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Aaron Hernandez's fiancee granted immunity for testimony
0:43 | NFL
Aaron Hernandez's fiancee granted immunity for testimony
Tuesday February 10th, 2015

While heavy snow prevented the Aaron Hernandez trial from proceeding on Tuesday, a major development took place that could change the dynamics of the trial: Bristol County (Mass.) prosecutors have granted immunity to Shayanna Jenkins, Hernandez’s fiancée and mother of his two-year-old daughter.

Jenkins has refused to cooperate with prosecutors, who are hampered by a lack of murder weapon and lack of eyewitness to Odin Lloyd’s death. But prosecutors believe that Jenkins would become a crucial witness if she truthfully testifies. Prosecutors suspect Hernandez used a .45-caliber Glock pistol to kill Lloyd at an industrial park and then gave the gun to Jenkins back at his North Attleboro (Mass.) home. He then allegedly asked Jenkins to hide or destroy the gun, which has never been found. But witness testimony, including that of Jenkins’ sister (and Lloyd's girlfriend) Shaneah Jenkins, and surveillance video from Hernandez’s home, indicate that Shayanna Jenkins held a black garbage bag hours after Lloyd’s death. There is no direct proof that this bag contained a gun, but the bag remains a source of intense suspicion.

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The main legal benefit of immunity for Jenkins is that if she now testifies to helping Hernandez cover up Lloyd’s murder, she would not be charged with conspiracy, accessory after the fact, obstruction of justice and other felony charges that would collectively threaten her with decades of prison time. Jenkins would thus ensure that she is free to raise her and Hernandez’s daughter, rather than run the risk of both parents being put behind bars for many years.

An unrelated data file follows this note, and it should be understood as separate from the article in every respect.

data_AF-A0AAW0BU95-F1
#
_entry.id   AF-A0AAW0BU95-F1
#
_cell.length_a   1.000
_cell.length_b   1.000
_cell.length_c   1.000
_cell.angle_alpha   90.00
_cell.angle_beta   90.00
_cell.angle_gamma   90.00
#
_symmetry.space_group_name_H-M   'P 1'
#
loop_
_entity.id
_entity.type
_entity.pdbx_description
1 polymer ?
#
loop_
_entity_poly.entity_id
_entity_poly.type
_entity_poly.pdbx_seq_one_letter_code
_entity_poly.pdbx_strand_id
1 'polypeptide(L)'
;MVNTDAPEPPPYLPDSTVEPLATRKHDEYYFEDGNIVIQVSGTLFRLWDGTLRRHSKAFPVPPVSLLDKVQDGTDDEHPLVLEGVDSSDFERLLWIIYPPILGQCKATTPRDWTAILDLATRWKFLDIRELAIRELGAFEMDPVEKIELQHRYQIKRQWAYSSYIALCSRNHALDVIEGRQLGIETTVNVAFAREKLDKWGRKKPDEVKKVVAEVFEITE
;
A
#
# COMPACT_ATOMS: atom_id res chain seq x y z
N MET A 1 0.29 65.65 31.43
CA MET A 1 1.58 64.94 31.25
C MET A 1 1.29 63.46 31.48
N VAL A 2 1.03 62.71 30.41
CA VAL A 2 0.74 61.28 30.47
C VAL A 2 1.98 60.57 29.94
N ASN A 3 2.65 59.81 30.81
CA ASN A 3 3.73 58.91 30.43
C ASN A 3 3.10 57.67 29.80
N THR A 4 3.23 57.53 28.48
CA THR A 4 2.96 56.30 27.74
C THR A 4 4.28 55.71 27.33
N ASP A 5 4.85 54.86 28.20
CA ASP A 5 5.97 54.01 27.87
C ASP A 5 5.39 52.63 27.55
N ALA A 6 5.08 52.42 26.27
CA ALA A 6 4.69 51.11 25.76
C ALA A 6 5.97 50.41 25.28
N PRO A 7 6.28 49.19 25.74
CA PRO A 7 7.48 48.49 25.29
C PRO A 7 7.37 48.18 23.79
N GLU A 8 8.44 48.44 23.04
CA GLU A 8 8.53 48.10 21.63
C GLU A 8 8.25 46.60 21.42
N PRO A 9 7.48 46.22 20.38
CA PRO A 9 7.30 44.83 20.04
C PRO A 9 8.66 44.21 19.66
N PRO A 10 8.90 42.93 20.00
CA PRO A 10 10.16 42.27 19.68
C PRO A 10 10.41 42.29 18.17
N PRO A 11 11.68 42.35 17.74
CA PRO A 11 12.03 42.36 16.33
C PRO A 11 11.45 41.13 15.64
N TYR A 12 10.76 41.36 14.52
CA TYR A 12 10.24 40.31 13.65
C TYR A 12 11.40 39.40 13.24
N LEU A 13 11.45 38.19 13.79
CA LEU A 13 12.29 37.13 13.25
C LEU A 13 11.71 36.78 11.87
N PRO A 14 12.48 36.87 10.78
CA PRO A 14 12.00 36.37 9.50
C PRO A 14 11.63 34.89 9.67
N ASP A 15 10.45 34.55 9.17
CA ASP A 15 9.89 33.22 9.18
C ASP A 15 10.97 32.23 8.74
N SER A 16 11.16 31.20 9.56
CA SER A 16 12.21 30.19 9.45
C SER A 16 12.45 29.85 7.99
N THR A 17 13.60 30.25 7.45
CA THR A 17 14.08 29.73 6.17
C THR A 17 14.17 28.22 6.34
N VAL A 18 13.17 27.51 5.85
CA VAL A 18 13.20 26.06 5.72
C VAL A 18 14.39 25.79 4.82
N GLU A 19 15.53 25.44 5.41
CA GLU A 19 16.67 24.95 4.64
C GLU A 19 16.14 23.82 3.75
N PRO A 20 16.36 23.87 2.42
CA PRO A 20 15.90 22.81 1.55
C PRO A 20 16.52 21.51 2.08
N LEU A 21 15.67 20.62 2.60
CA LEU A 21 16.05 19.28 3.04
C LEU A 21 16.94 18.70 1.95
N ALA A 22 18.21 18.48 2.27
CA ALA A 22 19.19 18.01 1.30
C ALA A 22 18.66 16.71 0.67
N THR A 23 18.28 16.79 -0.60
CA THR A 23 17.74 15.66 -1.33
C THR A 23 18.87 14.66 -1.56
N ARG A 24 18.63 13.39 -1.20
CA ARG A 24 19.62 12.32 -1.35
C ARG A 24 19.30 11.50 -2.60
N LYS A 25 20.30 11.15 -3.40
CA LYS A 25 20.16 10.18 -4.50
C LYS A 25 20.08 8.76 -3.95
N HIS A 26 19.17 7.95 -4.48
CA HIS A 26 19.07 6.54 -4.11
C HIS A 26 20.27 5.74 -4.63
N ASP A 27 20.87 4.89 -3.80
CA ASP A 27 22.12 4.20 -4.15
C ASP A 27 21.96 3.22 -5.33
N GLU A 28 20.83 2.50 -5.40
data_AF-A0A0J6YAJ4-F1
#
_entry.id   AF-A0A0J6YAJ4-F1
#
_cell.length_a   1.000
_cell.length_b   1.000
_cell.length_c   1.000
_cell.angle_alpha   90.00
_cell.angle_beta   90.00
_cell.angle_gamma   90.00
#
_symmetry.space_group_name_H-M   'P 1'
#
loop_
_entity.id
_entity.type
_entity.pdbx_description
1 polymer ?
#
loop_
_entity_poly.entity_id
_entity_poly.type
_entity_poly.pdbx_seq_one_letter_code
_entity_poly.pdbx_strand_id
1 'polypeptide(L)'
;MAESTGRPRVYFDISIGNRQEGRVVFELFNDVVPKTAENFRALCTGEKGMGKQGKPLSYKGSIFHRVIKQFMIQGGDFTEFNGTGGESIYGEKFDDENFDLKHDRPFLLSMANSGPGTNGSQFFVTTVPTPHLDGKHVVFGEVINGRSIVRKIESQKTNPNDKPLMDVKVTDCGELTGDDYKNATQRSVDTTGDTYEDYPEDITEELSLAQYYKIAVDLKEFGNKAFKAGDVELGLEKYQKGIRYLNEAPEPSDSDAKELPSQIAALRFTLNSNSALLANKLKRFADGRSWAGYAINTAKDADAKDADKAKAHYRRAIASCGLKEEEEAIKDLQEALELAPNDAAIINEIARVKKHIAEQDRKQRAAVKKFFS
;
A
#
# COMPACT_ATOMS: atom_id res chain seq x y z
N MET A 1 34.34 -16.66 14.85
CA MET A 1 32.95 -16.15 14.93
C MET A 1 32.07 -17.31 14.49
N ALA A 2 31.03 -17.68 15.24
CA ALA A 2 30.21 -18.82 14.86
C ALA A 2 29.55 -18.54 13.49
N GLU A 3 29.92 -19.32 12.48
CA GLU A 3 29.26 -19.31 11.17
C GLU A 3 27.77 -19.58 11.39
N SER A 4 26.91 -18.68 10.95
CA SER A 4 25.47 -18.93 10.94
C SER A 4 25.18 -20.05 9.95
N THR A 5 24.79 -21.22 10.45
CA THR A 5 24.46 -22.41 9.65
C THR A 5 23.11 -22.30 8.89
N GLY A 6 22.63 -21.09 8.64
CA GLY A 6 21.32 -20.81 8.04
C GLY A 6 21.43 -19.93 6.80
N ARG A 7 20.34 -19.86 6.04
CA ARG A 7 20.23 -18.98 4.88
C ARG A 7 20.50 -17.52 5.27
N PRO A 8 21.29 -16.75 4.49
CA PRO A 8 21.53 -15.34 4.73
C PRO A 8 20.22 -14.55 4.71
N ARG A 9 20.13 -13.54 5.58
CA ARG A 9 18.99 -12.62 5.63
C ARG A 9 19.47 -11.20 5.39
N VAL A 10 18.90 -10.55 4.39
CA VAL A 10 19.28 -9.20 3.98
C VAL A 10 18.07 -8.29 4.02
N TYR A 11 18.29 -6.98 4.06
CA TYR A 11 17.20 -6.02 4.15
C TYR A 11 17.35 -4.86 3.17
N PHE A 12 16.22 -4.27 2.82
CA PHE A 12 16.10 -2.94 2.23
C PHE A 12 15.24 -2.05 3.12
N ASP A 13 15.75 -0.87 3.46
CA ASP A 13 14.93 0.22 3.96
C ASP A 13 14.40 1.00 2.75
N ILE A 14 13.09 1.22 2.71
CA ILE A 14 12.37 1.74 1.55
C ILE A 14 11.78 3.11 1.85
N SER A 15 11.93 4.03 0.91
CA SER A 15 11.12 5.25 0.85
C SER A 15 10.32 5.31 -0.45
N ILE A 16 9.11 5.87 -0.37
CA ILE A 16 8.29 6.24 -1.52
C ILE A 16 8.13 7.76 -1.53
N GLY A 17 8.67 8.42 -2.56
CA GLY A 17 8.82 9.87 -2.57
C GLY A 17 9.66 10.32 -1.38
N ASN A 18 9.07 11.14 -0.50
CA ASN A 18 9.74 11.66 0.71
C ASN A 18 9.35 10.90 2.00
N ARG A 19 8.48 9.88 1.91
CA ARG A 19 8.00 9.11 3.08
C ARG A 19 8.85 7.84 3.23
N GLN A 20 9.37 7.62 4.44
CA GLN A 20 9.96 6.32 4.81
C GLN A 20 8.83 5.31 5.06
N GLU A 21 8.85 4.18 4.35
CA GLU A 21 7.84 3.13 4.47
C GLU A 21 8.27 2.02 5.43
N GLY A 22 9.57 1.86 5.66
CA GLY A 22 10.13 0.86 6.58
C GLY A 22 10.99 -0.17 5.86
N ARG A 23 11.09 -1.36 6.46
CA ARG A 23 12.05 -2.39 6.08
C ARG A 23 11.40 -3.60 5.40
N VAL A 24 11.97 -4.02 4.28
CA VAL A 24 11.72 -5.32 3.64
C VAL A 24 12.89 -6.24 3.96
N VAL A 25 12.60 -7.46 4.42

Impact on Hernandez’s defense if Shayanna Jenkins testifies the gun was in the bag.

Should Jenkins testify that the bag contained the Glock pistol, Hernandez’s attorneys would need to quickly reformulate their defense strategy. The reformulation would depend on what exactly Jenkins says. Jenkins testifying that Hernandez gave her the gun does not automatically prove he used the gun to murder Lloyd. Consider the possibility of Jenkins testifying that while Hernandez gave her the gun to hide, the actual murderer was alleged accomplice Carlos Ortiz or alleged accomplice Ernest Wallace. She might say Hernandez was only trying to help out his friends Carlos and Ernest. Hernandez could still be convicted, but he would appear less of a criminal mastermind and more of an accessory to murder.

Nonetheless, Jenkins confirming the existence of the murder weapon in the bag would cast a dark cloud over Hernandez’s defense. This particularly true in Massachusetts, a state that recognizes “joint venture” prosecutions. Joint venture means a person can be convicted of murder if he or she actively assisted in the carrying out of the murder, even if a different person pulled the trigger.

Shayanna Jenkins could still refuse to testify.